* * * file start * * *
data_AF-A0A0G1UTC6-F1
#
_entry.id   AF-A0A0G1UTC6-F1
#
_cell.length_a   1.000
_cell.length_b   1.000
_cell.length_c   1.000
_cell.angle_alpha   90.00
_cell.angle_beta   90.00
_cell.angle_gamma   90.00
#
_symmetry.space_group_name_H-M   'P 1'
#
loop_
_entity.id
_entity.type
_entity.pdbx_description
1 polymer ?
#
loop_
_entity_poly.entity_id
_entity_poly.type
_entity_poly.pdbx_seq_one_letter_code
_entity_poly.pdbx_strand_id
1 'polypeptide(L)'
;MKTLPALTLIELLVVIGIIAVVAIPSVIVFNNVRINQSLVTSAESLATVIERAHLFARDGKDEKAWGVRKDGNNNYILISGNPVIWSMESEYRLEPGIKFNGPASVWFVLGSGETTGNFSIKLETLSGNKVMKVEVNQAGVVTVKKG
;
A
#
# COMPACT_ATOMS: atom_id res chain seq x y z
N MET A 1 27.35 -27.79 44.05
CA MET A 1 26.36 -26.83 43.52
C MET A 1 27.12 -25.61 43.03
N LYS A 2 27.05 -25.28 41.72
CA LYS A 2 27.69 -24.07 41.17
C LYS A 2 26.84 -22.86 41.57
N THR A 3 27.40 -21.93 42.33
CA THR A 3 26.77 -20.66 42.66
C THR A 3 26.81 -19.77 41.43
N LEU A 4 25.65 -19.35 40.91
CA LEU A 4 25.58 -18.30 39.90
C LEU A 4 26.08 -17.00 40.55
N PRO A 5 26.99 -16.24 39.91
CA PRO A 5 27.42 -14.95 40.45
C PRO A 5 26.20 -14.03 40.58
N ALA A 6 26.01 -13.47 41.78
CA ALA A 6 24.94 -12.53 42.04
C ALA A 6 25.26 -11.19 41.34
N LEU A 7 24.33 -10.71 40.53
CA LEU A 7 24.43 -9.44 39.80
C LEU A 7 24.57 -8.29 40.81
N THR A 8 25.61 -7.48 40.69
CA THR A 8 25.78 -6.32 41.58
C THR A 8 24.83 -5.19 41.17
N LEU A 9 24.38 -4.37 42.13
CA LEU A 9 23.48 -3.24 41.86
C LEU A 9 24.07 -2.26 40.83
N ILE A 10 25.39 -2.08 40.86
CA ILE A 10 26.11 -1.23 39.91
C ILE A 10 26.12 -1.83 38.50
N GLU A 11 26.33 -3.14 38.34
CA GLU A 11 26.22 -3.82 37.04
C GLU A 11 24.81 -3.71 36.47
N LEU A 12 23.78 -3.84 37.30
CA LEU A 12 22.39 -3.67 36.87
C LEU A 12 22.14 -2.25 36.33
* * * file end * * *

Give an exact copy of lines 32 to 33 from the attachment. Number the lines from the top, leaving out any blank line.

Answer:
CA MET A 1 26.36 -26.83 43.52
C MET A 1 27.12 -25.61 43.03